I smiled and pat her wrinkled hand. "Thank you, ludmila." My mother always taught my sister and I to respect our elders and told us we must call them ludmila, meaning grandmother.

She nodded, smiling warmly at me again.

I moved on and went to a thread vendor, where it was much more expensive. The woman took my money without a smile and I moved on.

Finding paper was tougher. Not many people used paper in this small mountain village. I finally found a stand carrying stationary items. A young man was writing a letter for a village man as I approached. As soon as the writer was finished with the village man, he turned his attention to me. I sighed and asked carefully, "How much paper will three bronze coins buy me? That's all my budget allows and I need a few sheets at least…"

The man looked at his inventory. "Normally one sheet of paper is two bronze pieces. I get very little business, I won't lie: paper's expensive. However, I can give you a deal." He thumbed through different stacks of paper before taking five sheets of plain paper out and putting it into a bag. He smiled and handed it to me. "Three bronze pieces."

I frowned. "I couldn't, that's not fair. Five whole sheets… You're losing seven bronze pieces."

He shrugged. "What's that amount to anyway?" He shook his head. "No, really. Take it. I don't care, I will most likely end up having my business ran into the ground anyway, right? Nobody needs a little thing such as paper during these times. Such a lack of money for everybody." He paused, and retracted the bag from my reach. He took two pieces of nice, pretty paper and stuck them with the plain paper. "Take it or I might just plain give it to you without charge. Three bronze coins."

I stared at him and gave him the three bronze coins and took the bag from him. I suddenly remembered my own money that was leftover from my wages as my winter job as a tutor. I handed him two more bronze pieces. "Now you have to take these," I said firmly. "My own wages. I can't take so much for so little money."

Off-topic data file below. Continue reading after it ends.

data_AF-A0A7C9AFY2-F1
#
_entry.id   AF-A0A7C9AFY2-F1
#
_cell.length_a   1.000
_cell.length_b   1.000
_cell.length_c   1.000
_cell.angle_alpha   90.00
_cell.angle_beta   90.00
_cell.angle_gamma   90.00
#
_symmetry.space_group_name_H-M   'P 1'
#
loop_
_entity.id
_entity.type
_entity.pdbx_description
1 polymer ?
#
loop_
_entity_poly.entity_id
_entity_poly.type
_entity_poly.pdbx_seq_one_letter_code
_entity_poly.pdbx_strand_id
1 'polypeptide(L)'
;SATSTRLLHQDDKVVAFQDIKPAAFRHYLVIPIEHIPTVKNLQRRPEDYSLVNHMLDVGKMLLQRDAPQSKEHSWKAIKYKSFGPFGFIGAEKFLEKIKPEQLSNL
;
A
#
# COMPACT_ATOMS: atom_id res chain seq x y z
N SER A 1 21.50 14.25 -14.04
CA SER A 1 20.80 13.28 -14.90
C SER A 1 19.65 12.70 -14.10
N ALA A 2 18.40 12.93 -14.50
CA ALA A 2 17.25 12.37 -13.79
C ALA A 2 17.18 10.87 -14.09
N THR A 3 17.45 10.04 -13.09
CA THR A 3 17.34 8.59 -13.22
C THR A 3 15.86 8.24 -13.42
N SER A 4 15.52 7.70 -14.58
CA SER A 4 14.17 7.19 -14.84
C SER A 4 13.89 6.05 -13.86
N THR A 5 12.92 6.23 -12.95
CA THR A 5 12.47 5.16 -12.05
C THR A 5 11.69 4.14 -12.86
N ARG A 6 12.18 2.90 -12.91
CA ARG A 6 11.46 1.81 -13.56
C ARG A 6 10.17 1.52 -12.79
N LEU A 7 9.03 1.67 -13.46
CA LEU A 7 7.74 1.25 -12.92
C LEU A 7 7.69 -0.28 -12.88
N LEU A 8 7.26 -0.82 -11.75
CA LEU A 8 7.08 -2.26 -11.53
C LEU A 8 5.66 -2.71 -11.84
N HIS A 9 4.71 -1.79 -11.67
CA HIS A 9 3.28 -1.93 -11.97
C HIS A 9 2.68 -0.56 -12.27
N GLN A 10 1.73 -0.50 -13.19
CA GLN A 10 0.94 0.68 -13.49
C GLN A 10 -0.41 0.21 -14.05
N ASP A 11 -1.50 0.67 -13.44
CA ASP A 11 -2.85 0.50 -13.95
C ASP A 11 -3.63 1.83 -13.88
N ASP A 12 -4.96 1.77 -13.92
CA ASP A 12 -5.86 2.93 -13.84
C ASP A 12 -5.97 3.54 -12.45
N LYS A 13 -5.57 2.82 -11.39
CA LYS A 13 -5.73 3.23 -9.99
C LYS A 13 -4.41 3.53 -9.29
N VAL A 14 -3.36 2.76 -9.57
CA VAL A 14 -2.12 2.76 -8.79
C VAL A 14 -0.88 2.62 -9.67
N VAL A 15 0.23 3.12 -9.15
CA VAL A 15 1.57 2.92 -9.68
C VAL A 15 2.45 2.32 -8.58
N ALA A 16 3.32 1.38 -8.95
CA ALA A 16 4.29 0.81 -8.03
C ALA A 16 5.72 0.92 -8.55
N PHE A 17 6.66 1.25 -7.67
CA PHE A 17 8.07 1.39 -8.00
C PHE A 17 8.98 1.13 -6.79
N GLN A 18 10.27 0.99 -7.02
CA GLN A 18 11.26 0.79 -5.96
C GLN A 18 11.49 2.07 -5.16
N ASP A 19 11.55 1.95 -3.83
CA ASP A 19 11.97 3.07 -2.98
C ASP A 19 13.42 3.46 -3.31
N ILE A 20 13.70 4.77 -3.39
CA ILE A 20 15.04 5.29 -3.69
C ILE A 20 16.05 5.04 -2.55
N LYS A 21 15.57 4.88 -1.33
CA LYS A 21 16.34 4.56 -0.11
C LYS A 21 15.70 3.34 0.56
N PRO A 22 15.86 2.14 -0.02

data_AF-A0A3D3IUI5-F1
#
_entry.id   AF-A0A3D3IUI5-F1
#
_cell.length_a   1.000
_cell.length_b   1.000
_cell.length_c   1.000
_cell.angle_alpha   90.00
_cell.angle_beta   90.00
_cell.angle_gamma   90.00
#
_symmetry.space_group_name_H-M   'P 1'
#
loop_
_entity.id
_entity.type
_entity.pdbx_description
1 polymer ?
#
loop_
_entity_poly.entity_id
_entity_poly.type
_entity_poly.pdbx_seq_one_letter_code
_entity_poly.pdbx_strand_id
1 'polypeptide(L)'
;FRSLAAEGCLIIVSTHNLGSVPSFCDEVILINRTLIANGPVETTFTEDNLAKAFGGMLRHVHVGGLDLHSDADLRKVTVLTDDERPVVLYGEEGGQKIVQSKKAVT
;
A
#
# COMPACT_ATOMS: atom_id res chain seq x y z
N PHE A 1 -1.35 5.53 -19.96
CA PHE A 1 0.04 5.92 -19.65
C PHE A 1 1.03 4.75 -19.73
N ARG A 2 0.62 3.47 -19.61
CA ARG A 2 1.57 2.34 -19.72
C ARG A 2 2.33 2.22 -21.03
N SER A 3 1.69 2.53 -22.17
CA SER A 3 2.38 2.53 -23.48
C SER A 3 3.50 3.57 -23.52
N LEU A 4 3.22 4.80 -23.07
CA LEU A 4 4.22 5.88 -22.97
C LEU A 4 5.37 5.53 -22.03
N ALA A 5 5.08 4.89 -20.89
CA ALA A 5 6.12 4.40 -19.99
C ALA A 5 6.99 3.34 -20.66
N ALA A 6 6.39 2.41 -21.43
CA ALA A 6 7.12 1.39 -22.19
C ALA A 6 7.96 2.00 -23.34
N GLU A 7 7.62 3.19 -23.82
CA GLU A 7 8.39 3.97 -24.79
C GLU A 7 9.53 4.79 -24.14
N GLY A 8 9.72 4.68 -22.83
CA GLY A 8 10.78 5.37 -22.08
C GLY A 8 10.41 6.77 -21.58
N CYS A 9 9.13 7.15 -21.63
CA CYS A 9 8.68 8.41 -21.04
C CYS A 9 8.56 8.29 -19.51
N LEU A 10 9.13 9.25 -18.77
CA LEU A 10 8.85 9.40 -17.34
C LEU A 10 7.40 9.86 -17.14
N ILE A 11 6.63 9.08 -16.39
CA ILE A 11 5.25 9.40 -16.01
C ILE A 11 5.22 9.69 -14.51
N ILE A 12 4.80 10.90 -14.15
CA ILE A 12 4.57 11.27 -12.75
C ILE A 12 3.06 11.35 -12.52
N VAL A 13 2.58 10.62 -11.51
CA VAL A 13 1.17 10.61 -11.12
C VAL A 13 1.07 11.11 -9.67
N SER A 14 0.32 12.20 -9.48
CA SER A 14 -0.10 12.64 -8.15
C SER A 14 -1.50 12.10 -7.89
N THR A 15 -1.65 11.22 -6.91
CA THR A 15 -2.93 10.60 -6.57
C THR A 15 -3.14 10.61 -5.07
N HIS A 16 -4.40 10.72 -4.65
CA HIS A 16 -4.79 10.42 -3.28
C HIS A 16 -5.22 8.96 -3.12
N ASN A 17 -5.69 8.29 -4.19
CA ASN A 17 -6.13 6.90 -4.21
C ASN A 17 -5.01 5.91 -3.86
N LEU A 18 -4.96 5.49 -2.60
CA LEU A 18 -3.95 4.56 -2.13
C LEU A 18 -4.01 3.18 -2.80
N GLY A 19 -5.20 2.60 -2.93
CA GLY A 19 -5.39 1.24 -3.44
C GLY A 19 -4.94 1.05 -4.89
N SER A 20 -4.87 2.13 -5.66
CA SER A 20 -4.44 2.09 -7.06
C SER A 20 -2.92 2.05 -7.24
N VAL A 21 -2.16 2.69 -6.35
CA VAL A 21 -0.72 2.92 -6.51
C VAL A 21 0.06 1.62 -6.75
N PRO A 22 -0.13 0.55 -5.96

He stared at me, his turn to be surprised. "Thank you."

I nodded and left. I had been planning to use that money on a couple of scones for Anna and I. The young man, though, seemed to need it so much… I shook away the sadness of giving away my wages for our household uses. He needed it, more than you need those scones, I reprimanded myself.

Once home, Anna clucked at my bargains. "I should have you do this every week, Regina. That ludmila must really like you." She sighed over the thread prices, but complained no more when she flipped through the paper. She stared at me. "How did you manage this? Did you sell your soul?" She laughed.

I shook my head. "He just… gave it to me. For five bronze pieces!"

"You're kidding." She sighed. "Today was our lucky day, sister. I think we should get a scone later. She pulled out a single bronze piece from her apron pocket. "While you were out, some noble needed directions." She sounded bitter. "He was so generous to give me a bronze piece, and he made such a big deal about it with his friends." Sighing, Anna dropped it back into her pocket. "Maybe we should save it."

I nodded. "That's probably best," I agreed soberly.

She placed a hand on my shoulder. "You've done so much lately, Regina." She sighed. Rubbing one hand on her extended abdomen and one on her back, she walked back into the house. I stared after her, worried. Our mother died only a few years ago and our father was serving in the war. Robert, Anna's husband, worked hard to support us and Anna's incoming baby.

I bit my lip and followed her inside.